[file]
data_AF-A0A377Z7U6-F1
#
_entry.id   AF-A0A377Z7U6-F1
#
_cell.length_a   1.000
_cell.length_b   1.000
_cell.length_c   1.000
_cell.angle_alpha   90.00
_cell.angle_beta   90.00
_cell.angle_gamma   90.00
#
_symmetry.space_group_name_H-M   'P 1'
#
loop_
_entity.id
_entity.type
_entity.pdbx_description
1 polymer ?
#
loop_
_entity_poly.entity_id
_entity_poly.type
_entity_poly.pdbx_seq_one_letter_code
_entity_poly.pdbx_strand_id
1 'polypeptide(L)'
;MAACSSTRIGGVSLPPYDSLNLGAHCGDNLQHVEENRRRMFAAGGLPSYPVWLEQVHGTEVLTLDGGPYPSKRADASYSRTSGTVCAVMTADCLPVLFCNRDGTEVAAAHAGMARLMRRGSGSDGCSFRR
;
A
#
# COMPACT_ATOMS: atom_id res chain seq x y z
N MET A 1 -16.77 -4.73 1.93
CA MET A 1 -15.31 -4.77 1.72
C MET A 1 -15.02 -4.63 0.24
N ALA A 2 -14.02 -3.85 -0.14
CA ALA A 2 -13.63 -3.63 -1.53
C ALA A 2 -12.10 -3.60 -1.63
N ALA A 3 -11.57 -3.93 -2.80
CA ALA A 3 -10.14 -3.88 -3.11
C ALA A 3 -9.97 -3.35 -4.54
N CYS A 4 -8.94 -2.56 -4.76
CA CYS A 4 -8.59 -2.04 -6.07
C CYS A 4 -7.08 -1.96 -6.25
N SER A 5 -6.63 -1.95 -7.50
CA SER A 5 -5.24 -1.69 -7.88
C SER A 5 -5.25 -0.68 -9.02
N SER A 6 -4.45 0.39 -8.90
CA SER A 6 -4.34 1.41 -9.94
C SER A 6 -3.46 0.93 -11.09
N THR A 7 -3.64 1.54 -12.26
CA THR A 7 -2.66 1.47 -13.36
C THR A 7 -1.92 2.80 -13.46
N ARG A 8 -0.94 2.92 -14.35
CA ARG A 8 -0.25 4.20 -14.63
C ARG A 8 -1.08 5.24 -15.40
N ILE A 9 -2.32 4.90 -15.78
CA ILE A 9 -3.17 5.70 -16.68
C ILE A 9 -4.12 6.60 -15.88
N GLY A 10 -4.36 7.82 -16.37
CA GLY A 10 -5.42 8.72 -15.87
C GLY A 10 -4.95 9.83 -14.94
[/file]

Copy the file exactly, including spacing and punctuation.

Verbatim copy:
data_AF-A0A377Z7U6-F1
#
_entry.id   AF-A0A377Z7U6-F1
#
_cell.length_a   1.000
_cell.length_b   1.000
_cell.length_c   1.000
_cell.angle_alpha   90.00
_cell.angle_beta   90.00
_cell.angle_gamma   90.00
#
_symmetry.space_group_name_H-M   'P 1'
#
loop_
_entity.id
_entity.type
_entity.pdbx_description
1 polymer ?
#
loop_
_entity_poly.entity_id
_entity_poly.type
_entity_poly.pdbx_seq_one_letter_code
_entity_poly.pdbx_strand_id
1 'polypeptide(L)'
;MAACSSTRIGGVSLPPYDSLNLGAHCGDNLQHVEENRRRMFAAGGLPSYPVWLEQVHGTEVLTLDGGPYPSKRADASYSRTSGTVCAVMTADCLPVLFCNRDGTEVAAAHAGMARLMRRGSGSDGCSFRR
;
A
#
# COMPACT_ATOMS: atom_id res chain seq x y z
N MET A 1 -16.77 -4.73 1.93
CA MET A 1 -15.31 -4.77 1.72
C MET A 1 -15.02 -4.63 0.24
N ALA A 2 -14.02 -3.85 -0.14
CA ALA A 2 -13.63 -3.63 -1.53
C ALA A 2 -12.10 -3.60 -1.63
N ALA A 3 -11.57 -3.93 -2.80
CA ALA A 3 -10.14 -3.88 -3.11
C ALA A 3 -9.97 -3.35 -4.54
N CYS A 4 -8.94 -2.56 -4.76
CA CYS A 4 -8.59 -2.04 -6.07
C CYS A 4 -7.08 -1.96 -6.25
N SER A 5 -6.63 -1.95 -7.50
CA SER A 5 -5.24 -1.69 -7.88
C SER A 5 -5.25 -0.68 -9.02
N SER A 6 -4.45 0.39 -8.90
CA SER A 6 -4.34 1.41 -9.94
C SER A 6 -3.46 0.93 -11.09
N THR A 7 -3.64 1.54 -12.26
CA THR A 7 -2.66 1.47 -13.36
C THR A 7 -1.92 2.80 -13.46
N ARG A 8 -0.94 2.92 -14.35
CA ARG A 8 -0.25 4.20 -14.63
C ARG A 8 -1.08 5.24 -15.40
N ILE A 9 -2.32 4.90 -15.78
CA ILE A 9 -3.17 5.70 -16.68
C ILE A 9 -4.12 6.60 -15.88
N GLY A 10 -4.36 7.82 -16.37
CA GLY A 10 -5.42 8.72 -15.87
C GLY A 10 -4.95 9.83 -14.94